See my notes on Dan's book "The Meditative Mind" if you don't get my humor.
Philosophy of science as it relates to emerging theory and research
Outline of issues to be discussed (i.e. areas of controversy / disagreement to be considered and addressed in the article)
General Issues Raised on EQi.org website
EI is overly concerned with the management of emotion at the expense of emotional expression and the use of emotions as information.
Work and Organizational Issues Raised on EQi.org website
"Corporate" definitions of EI that focus on performance are used as tools to squeeze additional output out of already pressured and competitive employees
EI is really just a repackaging of personality theory and of familiar HR concepts with a new name
The assertion that EI can be developed fails to acknowledge either the relatively fixed nature of personality traits or the differences in innate (genetic) potential among individuals.
- what does the field need to move forward?
- how do you respond to critics such as Roberts, Matthews and Zeidner?
- are they being helpful to the field?
- how do emotional competencies differ from the leadership competencies many companies identify already ?
Thinking about letter from Goleman's agent telling me that Goleman was "disappointed" with my writing about him. Wondering if he has read my section on disappointment. Thinking about my question for him. "How would you describe an emotionally intelligent soldier?" His middleman, Rob Emmerling, asked me why I would ask him that question and said it seems "outside the scope" of what DG wanted to write about. I feel cynical, sarcastic. Emmerling also said something like if I don't change what I wrote about Goleman we wouldn't be able to "move forward on this project." So I feel threatened and defiant. It wasn't my idea to have Goleman write something for my site in the first place.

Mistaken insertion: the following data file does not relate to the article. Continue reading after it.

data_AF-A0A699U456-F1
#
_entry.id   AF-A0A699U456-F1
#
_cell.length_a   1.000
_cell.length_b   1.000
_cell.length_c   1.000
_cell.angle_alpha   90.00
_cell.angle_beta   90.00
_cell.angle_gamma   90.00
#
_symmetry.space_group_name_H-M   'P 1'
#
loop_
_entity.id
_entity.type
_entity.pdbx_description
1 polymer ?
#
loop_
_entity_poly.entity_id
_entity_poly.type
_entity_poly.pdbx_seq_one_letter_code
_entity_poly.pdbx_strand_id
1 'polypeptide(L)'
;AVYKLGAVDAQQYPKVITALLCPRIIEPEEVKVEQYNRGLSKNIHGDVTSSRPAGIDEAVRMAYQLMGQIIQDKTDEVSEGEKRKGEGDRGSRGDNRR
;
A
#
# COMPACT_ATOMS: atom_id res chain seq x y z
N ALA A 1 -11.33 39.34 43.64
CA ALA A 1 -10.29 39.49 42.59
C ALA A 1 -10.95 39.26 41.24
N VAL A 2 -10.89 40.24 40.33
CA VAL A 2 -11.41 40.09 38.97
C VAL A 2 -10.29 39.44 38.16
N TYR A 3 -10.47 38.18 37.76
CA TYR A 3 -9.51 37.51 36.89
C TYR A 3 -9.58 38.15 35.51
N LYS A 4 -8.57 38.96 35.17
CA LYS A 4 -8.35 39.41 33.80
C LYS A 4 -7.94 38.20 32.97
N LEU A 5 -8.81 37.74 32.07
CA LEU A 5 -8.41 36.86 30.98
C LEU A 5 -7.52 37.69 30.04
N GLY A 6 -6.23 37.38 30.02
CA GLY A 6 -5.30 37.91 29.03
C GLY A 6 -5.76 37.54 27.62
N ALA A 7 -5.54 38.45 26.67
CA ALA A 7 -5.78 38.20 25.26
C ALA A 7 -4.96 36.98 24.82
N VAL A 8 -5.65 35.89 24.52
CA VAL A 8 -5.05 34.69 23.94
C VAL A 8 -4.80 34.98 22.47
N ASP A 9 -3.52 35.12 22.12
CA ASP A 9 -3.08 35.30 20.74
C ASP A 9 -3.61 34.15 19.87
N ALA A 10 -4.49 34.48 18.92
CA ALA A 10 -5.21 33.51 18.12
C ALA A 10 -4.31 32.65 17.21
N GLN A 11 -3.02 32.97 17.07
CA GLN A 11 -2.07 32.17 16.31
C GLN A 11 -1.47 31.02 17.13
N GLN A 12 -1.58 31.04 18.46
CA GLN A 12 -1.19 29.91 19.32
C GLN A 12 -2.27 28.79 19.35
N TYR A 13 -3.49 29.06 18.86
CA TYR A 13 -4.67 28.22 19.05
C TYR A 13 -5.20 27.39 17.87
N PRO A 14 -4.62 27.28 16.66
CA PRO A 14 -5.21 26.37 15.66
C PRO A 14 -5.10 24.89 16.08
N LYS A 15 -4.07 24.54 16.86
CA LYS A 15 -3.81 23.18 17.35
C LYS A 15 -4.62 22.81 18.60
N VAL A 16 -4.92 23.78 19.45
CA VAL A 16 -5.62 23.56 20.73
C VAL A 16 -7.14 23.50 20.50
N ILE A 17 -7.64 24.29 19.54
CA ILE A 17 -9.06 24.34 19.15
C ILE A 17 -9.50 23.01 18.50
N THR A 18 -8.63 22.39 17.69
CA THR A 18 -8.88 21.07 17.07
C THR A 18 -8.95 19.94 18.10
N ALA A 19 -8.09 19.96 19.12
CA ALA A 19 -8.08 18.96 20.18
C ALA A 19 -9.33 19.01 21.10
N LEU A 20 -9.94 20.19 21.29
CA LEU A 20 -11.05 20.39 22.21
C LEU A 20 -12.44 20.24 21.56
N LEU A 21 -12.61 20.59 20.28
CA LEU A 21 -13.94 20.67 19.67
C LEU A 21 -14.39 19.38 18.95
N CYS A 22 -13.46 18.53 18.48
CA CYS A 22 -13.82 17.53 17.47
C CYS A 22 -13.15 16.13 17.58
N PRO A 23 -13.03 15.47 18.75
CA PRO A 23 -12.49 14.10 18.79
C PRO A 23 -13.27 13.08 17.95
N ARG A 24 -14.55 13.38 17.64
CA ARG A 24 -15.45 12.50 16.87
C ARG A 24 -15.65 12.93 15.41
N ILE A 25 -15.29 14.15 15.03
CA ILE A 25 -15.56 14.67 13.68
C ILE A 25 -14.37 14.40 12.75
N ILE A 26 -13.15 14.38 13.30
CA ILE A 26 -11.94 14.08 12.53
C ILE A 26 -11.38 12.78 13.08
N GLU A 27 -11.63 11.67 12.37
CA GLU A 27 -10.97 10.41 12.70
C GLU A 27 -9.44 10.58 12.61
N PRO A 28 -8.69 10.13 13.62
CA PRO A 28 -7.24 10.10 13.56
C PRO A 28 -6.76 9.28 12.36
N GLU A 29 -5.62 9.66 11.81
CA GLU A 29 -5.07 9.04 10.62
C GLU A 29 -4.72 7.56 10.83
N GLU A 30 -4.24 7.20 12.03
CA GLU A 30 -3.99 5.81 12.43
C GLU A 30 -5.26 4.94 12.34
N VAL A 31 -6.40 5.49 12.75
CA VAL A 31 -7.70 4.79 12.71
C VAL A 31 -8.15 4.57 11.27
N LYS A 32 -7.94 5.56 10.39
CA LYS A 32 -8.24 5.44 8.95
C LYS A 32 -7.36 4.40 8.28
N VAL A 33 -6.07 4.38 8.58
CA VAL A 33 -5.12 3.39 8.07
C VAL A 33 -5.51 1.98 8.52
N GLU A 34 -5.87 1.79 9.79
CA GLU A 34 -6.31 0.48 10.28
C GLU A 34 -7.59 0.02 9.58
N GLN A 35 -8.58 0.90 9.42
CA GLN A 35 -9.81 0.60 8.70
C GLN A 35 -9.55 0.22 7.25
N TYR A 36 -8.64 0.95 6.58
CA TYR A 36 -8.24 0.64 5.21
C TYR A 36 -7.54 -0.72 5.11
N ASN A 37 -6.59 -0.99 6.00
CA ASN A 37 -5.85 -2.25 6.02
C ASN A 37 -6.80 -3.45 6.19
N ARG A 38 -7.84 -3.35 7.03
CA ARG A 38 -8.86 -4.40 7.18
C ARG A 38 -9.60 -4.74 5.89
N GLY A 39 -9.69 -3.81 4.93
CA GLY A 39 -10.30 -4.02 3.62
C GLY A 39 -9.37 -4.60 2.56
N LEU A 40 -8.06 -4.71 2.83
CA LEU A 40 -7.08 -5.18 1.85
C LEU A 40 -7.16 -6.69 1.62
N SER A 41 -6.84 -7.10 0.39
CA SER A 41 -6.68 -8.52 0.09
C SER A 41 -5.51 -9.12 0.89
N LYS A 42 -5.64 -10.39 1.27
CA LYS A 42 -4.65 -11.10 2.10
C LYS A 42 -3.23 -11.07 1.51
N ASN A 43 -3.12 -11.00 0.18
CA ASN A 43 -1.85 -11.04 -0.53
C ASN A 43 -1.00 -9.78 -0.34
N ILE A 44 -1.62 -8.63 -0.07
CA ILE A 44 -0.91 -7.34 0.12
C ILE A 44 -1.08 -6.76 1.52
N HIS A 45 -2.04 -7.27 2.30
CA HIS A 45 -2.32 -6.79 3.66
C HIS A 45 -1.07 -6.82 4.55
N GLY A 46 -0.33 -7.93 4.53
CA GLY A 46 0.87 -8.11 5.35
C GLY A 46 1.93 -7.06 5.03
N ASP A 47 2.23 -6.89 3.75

I am pretty proud of the question. And proud of what I wrote about Goleman. To me he is like the emperor who has no clothes. I am simply exposing him for what he really is, just as the little boy said, "Look, the king is not wearing any clothes!" Goleman is a fraud as far as I am concerned. If they don't want to write something for my site, fine. I could care less. And Emmerling tells me that Robert Sternberg has written some "guidelines" about personal attacks, or some such thing. And he offers to send them to me. Well, guess what? It is my site and I make my own "guidelines." I am not impressed by too many people with Ph.D.s. Their guidelines don't work for me. I think we need fewer Ph.D's in the world, not more.
Note - this reminds me of the joke about higher education which goes something like this:
Advancing in higher education means learning more and more about less and less, till you know everything about nothing.
I just did another google search and found this link. Haven't read it yet, but wanted to at least show it for now.
You can find it with this link:
March 26, 2006